mobile-menu-icon
Ford Authority

Australian Ford F-150 Still Has Keypad On Left Side

Back in March 2022, The Blue Oval announced that it would be exporting the Ford F-150 to Australia, where a company called RMA Automotive will convert those pickups to right-hand drive before they’re sold to customers. The very first batch of those pickups was slated to be shipped to Australia last October, though that process actually didn’t begin until this past February following a bit of a delay. Regardless, with some Ford F-150 pickups now in customer hands, it has become clear that there are a few interesting details present on those models, according to CarExpert.

Perhaps the most notable feature is the presence of the keyless entry keypad, which is still located on the left side of the Australian Ford F-150, even though that part of the vehicle is now technically the passenger side, following this conversion. As one might imagine, swapping the keypad over to the other side would be a complicated and pricey process, with Ford Australia F-150 assistant chief program engineer Tom Dohrmann noting that “the journey wasn’t worth it.” However, the keypad remains functional, regardless.

There are a few other interesting details regarding the Australian F-150 worth pointing out, including the fact that – unlike many other vehicles sold in that market – it doesn’t have a unique suspension tune, and it utilizes a modified version of the Ranger Raptor’s steering rack, recalibrated steering software, remanufactured headlights, a new cast magnesium cross-car beam, an injection-molded instrument panel carrier, a new dash, cowl sheet metal in-fill panels, and various other tweaks that help make it legal (and viable) for use in that market.

2022 Ford F-150

RMA Automotive is currently in its ramp-up phase of the conversion process, and will soon be able to complete around 20 F-150 pickups per day. All told, it takes around 22 hours across three days to complete the left- to right-hand drive conversion, a process that involves installing or modifying around 500 parts, with many of those components related to the truck’s steering, lighting, instrument panel, and climate control system.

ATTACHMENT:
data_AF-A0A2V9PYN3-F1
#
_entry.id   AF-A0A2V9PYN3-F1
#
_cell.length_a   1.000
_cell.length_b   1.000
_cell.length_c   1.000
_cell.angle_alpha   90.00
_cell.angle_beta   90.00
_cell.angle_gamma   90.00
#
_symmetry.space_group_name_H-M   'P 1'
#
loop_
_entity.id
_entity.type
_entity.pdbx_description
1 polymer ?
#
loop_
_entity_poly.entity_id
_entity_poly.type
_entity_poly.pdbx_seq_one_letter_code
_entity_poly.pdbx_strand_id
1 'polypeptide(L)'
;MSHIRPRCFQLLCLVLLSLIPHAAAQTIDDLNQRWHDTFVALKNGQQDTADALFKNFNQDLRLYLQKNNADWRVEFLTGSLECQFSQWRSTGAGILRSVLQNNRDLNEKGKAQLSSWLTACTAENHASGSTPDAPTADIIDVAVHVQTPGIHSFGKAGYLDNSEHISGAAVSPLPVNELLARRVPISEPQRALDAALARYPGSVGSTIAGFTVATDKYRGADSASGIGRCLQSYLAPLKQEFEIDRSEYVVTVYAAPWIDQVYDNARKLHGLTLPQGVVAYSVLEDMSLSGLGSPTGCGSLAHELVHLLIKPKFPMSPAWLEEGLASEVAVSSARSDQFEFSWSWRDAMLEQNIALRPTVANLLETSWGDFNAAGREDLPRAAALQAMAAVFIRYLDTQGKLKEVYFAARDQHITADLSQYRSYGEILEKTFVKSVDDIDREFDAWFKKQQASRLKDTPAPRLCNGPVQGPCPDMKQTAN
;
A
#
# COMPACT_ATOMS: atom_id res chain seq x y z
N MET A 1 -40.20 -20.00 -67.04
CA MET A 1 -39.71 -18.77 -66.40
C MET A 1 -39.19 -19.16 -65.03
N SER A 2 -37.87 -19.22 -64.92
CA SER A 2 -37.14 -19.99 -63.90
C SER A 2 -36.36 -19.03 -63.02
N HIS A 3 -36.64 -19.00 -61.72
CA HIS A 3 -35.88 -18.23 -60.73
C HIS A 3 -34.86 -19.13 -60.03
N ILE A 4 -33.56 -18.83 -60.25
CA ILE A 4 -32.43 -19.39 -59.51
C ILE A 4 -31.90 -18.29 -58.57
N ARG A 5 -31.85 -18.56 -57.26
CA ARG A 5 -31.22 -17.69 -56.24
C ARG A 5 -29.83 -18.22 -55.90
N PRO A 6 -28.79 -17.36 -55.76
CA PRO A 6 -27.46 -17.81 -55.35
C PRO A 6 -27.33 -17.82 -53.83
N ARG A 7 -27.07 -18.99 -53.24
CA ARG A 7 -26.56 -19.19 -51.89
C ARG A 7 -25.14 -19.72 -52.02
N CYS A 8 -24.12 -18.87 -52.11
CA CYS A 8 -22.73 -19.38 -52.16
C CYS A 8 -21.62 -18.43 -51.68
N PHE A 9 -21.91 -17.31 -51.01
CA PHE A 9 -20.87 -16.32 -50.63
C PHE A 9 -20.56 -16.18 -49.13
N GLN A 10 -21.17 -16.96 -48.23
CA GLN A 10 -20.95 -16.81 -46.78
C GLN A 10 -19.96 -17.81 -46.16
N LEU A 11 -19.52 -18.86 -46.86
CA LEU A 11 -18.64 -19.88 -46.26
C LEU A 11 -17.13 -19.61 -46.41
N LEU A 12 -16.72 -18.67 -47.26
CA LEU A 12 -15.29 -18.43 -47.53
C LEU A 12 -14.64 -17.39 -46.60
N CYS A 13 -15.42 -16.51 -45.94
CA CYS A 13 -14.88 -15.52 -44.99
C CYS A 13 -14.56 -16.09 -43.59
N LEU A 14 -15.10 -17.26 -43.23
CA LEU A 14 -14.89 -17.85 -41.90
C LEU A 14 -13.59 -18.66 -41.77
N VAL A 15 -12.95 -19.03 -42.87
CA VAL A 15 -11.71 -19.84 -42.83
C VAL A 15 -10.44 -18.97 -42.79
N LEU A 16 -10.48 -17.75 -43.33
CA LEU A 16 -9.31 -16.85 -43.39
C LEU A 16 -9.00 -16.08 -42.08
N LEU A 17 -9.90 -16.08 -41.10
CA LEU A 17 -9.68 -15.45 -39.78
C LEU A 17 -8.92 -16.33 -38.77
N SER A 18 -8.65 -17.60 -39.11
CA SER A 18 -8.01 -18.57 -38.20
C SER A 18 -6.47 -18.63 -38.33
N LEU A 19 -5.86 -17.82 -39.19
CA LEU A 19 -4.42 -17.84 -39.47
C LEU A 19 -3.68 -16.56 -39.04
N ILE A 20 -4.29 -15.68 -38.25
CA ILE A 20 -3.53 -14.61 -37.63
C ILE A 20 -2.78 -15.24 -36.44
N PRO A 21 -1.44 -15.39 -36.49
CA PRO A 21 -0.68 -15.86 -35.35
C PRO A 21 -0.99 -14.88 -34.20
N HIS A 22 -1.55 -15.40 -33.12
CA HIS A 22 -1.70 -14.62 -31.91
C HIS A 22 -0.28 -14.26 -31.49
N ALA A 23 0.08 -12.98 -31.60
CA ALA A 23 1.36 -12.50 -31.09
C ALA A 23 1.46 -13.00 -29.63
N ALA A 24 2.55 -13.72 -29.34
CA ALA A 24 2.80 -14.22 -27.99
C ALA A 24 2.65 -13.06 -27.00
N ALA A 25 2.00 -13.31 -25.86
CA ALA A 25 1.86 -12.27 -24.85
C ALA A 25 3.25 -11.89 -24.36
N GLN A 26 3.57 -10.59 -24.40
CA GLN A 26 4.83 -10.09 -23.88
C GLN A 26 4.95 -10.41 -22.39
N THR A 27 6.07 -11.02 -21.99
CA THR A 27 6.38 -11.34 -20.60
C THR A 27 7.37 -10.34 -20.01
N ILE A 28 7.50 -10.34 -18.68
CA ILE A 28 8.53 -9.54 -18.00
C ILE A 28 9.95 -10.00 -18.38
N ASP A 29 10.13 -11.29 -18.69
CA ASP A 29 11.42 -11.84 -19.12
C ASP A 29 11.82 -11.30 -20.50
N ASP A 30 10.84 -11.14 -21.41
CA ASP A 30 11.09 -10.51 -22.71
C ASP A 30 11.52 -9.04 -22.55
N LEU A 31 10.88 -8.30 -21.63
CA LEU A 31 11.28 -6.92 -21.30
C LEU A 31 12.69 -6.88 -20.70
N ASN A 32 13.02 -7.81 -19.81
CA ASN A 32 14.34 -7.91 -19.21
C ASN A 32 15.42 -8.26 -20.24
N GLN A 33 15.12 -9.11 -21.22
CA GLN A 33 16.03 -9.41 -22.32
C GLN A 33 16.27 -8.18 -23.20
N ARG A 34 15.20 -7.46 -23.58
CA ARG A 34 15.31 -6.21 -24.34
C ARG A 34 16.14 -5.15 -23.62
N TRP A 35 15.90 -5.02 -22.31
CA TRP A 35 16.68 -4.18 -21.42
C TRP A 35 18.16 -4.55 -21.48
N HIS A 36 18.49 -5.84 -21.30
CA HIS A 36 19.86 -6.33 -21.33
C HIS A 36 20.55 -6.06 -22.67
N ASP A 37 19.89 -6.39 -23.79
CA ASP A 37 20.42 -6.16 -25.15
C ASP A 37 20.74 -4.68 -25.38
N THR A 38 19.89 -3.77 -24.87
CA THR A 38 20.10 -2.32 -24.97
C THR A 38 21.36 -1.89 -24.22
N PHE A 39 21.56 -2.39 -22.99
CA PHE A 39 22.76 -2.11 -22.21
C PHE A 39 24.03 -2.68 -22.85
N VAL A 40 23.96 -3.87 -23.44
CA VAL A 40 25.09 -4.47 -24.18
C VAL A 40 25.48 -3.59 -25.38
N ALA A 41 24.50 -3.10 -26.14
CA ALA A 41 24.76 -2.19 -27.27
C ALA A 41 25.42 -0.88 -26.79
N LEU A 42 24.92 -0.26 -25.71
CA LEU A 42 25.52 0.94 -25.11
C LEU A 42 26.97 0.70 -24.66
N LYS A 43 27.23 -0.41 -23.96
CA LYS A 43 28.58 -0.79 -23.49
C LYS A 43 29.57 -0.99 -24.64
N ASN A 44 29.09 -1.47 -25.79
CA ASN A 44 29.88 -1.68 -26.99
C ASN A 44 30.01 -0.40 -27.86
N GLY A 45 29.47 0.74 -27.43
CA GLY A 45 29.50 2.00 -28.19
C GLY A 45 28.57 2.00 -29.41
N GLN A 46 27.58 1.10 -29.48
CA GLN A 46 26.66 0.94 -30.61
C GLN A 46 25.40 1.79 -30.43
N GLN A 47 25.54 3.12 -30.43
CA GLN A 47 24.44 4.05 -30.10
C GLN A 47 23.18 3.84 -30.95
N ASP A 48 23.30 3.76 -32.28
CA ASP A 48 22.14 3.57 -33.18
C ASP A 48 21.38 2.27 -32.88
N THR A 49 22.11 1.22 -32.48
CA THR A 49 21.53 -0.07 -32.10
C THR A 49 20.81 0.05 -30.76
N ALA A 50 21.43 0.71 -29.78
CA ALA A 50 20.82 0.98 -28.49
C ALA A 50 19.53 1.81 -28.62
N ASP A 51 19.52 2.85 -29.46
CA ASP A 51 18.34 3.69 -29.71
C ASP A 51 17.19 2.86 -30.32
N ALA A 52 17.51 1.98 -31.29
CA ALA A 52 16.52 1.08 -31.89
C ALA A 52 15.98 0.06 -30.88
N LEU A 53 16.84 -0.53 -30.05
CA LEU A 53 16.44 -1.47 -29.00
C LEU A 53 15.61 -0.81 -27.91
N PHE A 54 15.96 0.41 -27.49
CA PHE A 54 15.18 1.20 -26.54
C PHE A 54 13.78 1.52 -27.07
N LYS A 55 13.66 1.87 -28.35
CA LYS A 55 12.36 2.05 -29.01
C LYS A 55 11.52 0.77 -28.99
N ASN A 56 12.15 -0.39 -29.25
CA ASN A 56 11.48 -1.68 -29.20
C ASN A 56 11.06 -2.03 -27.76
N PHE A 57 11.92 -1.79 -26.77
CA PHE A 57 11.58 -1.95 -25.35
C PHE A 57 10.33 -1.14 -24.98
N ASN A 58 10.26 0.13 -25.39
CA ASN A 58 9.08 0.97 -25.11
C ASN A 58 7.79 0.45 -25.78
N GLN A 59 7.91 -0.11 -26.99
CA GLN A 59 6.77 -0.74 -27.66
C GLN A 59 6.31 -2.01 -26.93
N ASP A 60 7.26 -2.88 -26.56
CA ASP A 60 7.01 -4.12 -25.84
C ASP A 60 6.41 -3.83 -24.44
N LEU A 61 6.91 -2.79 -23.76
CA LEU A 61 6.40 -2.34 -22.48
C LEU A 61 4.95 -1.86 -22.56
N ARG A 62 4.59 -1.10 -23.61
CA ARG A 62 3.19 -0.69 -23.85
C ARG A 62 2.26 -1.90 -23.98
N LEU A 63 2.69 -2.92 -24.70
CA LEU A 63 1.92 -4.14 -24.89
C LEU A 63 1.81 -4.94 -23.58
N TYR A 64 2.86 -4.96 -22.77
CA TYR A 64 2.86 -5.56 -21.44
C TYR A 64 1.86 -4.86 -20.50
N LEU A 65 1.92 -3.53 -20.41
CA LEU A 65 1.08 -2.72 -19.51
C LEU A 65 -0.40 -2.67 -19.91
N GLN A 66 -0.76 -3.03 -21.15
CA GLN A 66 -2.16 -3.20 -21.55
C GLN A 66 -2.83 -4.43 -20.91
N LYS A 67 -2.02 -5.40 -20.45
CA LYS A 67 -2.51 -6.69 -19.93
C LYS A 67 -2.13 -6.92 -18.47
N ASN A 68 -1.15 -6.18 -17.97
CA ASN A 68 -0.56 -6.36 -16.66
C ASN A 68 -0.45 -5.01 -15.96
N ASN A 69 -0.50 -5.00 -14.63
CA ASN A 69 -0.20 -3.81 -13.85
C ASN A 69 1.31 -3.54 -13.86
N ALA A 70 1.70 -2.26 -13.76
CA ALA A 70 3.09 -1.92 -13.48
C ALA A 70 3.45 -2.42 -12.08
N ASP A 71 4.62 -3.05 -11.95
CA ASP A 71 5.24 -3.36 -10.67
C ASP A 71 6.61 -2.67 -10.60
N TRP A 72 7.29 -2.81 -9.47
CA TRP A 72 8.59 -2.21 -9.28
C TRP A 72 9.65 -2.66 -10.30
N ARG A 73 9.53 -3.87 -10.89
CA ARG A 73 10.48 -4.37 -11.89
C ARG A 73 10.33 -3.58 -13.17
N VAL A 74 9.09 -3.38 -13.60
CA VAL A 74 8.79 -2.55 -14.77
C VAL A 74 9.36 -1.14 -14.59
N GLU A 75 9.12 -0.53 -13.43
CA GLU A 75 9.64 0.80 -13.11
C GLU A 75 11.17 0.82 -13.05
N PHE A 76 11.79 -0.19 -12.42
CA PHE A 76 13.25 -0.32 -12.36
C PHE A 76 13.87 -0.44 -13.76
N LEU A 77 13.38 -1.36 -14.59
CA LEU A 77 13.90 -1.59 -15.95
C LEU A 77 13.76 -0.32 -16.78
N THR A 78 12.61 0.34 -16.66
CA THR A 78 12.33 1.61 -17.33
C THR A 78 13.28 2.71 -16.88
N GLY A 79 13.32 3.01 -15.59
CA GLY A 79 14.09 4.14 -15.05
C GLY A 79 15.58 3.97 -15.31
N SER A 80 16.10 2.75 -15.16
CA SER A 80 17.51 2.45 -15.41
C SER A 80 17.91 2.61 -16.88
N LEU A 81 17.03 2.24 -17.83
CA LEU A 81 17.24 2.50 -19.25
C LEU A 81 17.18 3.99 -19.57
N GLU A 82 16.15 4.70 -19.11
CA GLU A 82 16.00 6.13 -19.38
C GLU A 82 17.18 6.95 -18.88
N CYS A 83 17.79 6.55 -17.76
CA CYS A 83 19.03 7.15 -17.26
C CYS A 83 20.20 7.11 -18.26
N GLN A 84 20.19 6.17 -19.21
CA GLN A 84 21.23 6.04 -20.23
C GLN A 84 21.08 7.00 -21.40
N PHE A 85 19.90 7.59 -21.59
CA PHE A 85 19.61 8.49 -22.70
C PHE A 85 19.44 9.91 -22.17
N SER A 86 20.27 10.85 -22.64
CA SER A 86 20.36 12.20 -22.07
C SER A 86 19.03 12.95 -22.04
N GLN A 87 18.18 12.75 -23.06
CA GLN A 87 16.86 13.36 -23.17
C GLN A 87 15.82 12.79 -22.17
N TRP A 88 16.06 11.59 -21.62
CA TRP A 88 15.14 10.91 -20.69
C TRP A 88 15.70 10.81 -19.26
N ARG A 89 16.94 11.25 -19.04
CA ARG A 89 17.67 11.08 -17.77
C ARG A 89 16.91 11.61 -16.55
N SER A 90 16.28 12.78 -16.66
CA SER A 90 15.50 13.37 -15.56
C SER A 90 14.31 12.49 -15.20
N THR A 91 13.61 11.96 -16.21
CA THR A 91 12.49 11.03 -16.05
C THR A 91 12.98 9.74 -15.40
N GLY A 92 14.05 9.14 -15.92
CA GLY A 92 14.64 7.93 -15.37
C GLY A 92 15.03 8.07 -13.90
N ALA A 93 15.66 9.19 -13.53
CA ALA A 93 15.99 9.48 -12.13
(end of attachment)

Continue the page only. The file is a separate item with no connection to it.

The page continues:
We’ll have more on the F-150 soon, so be sure and subscribe to Ford Authority for the latest Ford F-Series newsFord F-150 news, and continuous Ford news coverage.

Brett's lost track of all the Fords he's owned over the years and how much he's spent modifying them, but his current money pits include an S550 Mustang and 13th gen F-150.

Subscribe to Ford Authority

For around-the-clock Ford news coverage

We'll send you one email per day with the latest Ford updates. It's totally free.

Comments

  1. Michael

    Generally Ford’s keypads are only stuck to the outside of the car – they actually operate remotely (same as a keyfob). They can be repositioned easily. Some owners relocate them inside the gas cap, to hide them better.

    Reply
  2. Sean

    The article says these are market converted vehicles not actually vehicles designed for the Australian market by Ford. The conversions are done by a third party private company. So it’s no mistake of Ford’s.

    Also, why do you spend all the time writing ‘The Blue Oval’ when you can just write ‘Ford’?

    Reply

Leave a comment

Cancel